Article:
Wednesday, December 21, 2011
Family appreciates support for teen cancer patient Kendall Bayne
Cave Spring High School student Kendall Bayne, who has cancer, is touched by support from the region.
Rebecca Barnett | The Roanoke Times
Kendall Bayne (second from right) is hugged by an Alleghany High School cheerleader at Cave Spring High School's homecoming football game in September. The Alleghany cheerleaders told Kendall about the fundraisers that they've been running for her, and she thanked them.
Whatever happened to...?
Sept. 9, 2011
- Roanoke County teen combats cancer
- Photo gallery: See more photos of Kendall Bayne in class and at home, before her surgery
- Photos: Dad and daughter
Recent updates on Kendall's progress
- Dec. 14: CSHS girls basketball team supports Kendall Bayne at first home game (SWoCo)
- Dec. 16: Glenvar Middle School raises money for Kendall Bayne (SWoCo)
- Dec. 5: Kendall Bayne adds a message to the Bojangle’s sign (SWoCo)
- Nov. 21: BHS students honor Kendall Bayne with video (The Burgs)
- Nov. 16: CSHS sent Kendall Bayne off for surgery in style; surgery was successful (SWoCo)
- Nov. 18: Another update (SWoCo)
- Oct. 24: Kendall Bayne shaves CSHS principal Steven Spangler’s hair during Kendall’s Karnival (SWoCo)
- Sept. 19: Website launched dedicated to Kendall Bayne (SWoCo)
Rebecca Barnett | The Roanoke Times
Athletics teams from Rockbridge County to Radford have reached out to show support for Kendall Bayne, a 15-year-old former Cave Spring High School cheerleader who is undergoing treatment for lung cancer. The Radford High School Bobcats boys basketball teams recently sported purple Team Kendall T-shirts while warming up for the home game against Cave Spring.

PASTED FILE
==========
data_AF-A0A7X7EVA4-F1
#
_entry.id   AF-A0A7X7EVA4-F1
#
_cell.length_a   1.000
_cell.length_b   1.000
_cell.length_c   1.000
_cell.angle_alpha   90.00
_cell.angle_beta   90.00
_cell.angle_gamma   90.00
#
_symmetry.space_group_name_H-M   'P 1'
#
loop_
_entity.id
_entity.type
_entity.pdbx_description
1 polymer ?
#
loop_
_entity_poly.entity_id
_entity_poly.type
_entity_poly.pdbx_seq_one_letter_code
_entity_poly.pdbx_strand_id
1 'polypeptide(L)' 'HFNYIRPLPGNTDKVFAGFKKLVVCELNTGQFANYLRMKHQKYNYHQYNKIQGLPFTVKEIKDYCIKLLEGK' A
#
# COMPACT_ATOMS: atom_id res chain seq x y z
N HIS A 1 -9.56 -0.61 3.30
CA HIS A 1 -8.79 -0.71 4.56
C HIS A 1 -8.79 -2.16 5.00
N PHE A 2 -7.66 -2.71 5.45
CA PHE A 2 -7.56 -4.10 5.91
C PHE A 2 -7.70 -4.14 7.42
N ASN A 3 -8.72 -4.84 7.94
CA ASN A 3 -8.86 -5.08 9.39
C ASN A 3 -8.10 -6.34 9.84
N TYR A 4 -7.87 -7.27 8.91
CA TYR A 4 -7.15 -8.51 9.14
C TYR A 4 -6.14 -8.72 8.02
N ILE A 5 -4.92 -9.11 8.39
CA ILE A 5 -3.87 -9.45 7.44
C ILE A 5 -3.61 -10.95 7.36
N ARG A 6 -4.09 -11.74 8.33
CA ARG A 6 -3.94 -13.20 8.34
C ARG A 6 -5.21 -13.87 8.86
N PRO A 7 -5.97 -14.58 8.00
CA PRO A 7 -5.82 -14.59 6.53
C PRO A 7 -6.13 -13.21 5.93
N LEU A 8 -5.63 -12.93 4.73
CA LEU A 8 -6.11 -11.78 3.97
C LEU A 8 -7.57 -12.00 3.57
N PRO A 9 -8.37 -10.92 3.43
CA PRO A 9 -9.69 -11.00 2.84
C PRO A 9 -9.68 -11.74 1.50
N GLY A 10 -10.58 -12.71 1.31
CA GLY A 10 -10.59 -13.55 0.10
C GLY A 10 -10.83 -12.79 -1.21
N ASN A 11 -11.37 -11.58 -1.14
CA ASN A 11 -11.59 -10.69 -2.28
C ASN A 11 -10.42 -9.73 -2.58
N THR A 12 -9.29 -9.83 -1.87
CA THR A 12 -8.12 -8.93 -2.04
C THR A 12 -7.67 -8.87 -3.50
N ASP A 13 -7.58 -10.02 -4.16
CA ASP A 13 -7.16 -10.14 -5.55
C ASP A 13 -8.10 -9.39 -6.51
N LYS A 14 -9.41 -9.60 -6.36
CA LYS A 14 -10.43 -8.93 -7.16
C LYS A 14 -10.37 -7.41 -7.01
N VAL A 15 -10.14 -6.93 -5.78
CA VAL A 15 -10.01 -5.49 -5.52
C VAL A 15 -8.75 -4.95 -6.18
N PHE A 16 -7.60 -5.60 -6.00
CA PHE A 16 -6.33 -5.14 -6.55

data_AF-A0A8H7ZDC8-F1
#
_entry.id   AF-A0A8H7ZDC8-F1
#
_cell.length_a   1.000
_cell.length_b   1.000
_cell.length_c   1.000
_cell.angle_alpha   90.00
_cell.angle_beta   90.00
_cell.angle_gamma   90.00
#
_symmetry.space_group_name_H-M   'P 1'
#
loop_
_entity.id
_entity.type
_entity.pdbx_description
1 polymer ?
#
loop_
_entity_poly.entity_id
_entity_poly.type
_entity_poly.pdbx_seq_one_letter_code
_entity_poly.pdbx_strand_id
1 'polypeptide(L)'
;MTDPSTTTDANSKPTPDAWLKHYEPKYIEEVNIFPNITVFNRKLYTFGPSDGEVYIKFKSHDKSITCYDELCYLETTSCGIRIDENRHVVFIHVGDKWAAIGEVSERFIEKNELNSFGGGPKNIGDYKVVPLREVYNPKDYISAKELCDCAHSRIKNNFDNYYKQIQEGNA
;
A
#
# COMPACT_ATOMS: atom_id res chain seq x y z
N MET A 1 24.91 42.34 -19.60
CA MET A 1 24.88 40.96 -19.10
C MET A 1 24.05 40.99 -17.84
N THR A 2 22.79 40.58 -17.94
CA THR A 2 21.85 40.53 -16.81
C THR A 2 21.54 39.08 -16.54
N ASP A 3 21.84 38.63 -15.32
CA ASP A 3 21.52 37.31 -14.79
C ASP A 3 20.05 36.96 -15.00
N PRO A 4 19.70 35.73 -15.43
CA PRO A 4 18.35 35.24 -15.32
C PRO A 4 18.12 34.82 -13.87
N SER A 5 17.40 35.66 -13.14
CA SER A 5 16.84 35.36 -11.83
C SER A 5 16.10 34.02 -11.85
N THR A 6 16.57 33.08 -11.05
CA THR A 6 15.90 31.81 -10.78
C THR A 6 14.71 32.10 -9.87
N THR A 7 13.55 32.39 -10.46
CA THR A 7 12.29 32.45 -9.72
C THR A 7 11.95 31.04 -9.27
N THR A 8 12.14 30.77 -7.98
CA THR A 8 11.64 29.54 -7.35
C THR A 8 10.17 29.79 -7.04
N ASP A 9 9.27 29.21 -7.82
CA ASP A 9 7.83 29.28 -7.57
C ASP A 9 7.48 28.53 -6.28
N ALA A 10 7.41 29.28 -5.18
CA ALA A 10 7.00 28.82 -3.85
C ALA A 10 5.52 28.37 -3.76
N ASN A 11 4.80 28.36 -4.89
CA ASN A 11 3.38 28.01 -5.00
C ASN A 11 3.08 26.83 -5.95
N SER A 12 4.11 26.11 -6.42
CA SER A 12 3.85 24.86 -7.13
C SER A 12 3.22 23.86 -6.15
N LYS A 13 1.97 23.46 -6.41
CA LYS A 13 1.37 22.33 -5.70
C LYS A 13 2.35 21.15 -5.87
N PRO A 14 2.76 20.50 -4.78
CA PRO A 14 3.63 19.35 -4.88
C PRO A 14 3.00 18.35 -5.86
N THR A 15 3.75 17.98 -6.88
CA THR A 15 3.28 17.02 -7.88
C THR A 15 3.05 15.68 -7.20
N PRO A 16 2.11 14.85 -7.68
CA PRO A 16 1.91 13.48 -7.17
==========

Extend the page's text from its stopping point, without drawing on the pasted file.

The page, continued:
The support stretching along the Interstate 81 corridor has overwhelmed Kendall and her family.
"It makes me feel like there was a reason I was chosen to be the one with this disease, to show that cancer can affect anyone," Kendall said. "I'm continually amazed with all this support and it gives me hope that I will not only beat cancer but inspire others along the way."
Just like many of the schools that have reached out to Kendall since her late August diagnosis, she didn't know many Radford students until she traveled there to thank the players for their support personally. She huddled with both Radford teams before the junior varsity game and wished the players luck against her school.
JV coach Jeff Little, a longtime friend of Kendall's father, coordinated the effort.
"For me, coaching a bunch of 15-year-olds and having a 15-year-old daughter, it hit home real close," Little said.
Kendall was diagnosed with secondary cancer in her lungs just days after the start of the current school year. She was first diagnosed with adrenocortical carcinoma in February. Six months later, the stage IV cancer aggressively moved to her lungs.
She has undergone one operation to remove tumors from her lungs and the second is scheduled for January.
Thousands of dollars have been raised and deposited into a bank account set up by one of Kendall's classmates and that student's mother. But it is the moral support from southwest Roanoke County and beyond that sustains the Bayne family.